As Monti and Papademos set to making their nations’ balance sheets, well, balance -its got me thinking, why do we still have countries?
In our current, globalised set-up, countries are hardly the geographic “containers” for one people, one culture, one religion. As reported by The Economist this week, there are more Chinese living outside of China than French in France; 22 million Indians scattered across every continent (much to my benefit…); and a 40% increase in first generation immigrants since 1990. We are a-MIXING! Much of this movement is an easy rather than difficult choice, arising from better education and jobs abroad, not atrocities at home. And the internet has eased the way, connecting loved ones daily through skype and social media, rendering the single Christmas phone call a 9 minute chat from the past. So geographic nations aren’t the boundaries for “peoples”.
Moreover, we’re now much less likely to do the traditional warring and land grabs, for which “countries” were previously the foremost protagonists. Dragging myself through Machiavelli’s “The Prince”, although the principles of political manoeuvring still seem relevant today, the applications of power do not. Fortresses and sieges are very last season. Since the world wars, coalitions of super-powers mean that wars are rarely fought one-country-on-one. Nations have always looked to one another for partners in crime – but now so more than ever. And considering this, what is the point of our unitary division? Moreover, Greece, accordingl to Stefano Manos (an ex-finance Minister) has property worth £200 billion ready to dispose. This would account for more than 50% of its debt. Yet the notion of Greece selling this to Germany is laughable. Isn’t it?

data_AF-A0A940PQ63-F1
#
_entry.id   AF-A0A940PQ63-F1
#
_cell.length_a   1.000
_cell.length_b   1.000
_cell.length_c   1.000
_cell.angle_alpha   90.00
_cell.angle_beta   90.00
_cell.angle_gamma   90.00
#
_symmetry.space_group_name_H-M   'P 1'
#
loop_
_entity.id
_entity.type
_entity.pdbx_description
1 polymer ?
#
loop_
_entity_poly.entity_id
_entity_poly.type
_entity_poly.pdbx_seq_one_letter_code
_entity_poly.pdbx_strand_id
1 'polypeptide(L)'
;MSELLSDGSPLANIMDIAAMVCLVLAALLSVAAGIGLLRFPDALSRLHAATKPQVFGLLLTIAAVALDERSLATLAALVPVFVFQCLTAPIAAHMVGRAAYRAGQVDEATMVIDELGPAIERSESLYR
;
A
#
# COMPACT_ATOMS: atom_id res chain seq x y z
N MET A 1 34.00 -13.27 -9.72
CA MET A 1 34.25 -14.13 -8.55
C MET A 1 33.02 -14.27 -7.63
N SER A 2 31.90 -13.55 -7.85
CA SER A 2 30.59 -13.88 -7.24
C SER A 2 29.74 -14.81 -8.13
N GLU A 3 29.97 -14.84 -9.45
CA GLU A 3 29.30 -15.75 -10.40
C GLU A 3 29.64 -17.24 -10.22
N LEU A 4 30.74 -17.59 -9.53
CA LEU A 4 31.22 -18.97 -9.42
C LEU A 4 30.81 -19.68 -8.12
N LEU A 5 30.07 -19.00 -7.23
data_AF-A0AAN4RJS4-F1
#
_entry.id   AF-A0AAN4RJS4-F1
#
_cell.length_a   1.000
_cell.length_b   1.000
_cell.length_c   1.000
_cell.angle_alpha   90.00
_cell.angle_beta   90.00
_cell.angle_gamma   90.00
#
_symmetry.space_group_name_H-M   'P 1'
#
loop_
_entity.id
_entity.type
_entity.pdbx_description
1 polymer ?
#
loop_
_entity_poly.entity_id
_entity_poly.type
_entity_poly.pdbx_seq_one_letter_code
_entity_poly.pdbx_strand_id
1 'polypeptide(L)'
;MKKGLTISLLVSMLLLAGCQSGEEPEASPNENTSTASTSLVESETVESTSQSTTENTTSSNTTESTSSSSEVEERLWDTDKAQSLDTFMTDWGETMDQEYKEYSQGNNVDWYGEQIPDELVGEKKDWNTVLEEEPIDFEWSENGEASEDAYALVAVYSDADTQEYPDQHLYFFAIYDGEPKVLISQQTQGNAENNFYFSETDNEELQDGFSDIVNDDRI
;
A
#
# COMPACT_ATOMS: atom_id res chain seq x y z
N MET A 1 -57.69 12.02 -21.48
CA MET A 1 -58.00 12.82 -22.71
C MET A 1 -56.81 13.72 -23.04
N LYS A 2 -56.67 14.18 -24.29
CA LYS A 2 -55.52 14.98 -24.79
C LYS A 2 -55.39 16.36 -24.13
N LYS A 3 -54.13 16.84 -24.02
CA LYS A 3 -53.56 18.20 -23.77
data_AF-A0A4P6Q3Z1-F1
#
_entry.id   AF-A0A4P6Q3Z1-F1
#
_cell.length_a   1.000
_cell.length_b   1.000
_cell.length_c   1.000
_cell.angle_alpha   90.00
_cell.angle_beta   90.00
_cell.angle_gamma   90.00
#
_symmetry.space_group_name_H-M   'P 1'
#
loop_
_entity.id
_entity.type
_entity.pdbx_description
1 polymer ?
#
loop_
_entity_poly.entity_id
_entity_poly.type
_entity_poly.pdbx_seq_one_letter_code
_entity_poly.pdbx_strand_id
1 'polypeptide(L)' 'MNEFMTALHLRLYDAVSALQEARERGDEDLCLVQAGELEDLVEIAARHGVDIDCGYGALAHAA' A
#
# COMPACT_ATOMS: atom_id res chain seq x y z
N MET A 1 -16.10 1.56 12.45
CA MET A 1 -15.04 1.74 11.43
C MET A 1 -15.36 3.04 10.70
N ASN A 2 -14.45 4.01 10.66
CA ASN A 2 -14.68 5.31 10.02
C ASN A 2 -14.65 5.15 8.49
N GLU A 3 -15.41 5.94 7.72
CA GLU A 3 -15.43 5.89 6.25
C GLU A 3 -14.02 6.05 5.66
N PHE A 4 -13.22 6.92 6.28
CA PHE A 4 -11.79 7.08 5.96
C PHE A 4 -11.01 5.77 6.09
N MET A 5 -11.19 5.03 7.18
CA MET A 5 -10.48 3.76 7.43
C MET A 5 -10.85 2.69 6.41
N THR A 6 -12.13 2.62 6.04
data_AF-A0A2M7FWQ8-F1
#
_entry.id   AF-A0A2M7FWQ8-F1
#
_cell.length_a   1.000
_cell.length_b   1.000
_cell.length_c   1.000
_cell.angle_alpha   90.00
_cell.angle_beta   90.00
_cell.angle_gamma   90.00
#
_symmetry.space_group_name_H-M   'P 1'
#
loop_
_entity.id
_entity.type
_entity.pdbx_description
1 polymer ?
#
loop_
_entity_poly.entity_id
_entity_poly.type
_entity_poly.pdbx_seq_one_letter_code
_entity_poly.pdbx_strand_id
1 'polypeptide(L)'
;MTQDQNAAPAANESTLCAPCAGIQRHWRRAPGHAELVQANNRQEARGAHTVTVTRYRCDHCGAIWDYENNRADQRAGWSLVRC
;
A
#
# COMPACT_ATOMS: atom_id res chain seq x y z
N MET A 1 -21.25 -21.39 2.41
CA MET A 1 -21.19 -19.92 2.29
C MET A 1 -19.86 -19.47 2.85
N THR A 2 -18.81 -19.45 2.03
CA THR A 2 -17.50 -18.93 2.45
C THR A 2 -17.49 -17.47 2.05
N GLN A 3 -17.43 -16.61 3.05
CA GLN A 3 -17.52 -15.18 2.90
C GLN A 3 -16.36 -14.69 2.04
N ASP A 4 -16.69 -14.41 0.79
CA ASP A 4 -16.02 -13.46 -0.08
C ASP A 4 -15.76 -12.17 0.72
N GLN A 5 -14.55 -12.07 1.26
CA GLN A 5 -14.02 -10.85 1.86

Perhaps more importantly than land and war – is trade and the environment. The interlinked nature of our world has been laid bare by our dependence on resources, both monetary and natural. We’ve all been waiting with baited breath over Italy as everyone knows that the repercussions could be worse than an end to parma ham and balsamic vinegar. Even through the trade links between Europe and the US aren’t that great (the US only sends 13% of its exports to the euro zone), America is still fearing a crisis that could top Lehman Brothers. China, whom everyone considered immune, is suffering a lending shortage and the Euro zone has resorted to technocracies ruling with fear. One crisis affects us all – globally. Likewise – the environment. What can I say – we’re in for a tough time! Natural resources don’t respect boundaries. Rivalries over rivers in Asia, land grabs in Africa and energy in the West are daily reminders that we operate across borders.
Having said all this – it seems important that we act on a scale which returns both the benefits and problems of any action to the primary actor; only then does the real cost of any process become apparent and accountable. But this scale is not necessarily as large as a country – in fact, in today’s world – its not bound by geography, but by accountability. And that is the crux of the problem – country’s are no longer accountable.
Monti may be mopping up after Berlusconi, but Italy’s not going to be only ones who suffer. Likewise, the West has been belching carbon for decades, but its those living on Pacific Islands, suffering from African drought and dying in India’s intensifying heat waves who are going to pay the price.
Are countries accountable anymore – and is it worth having them?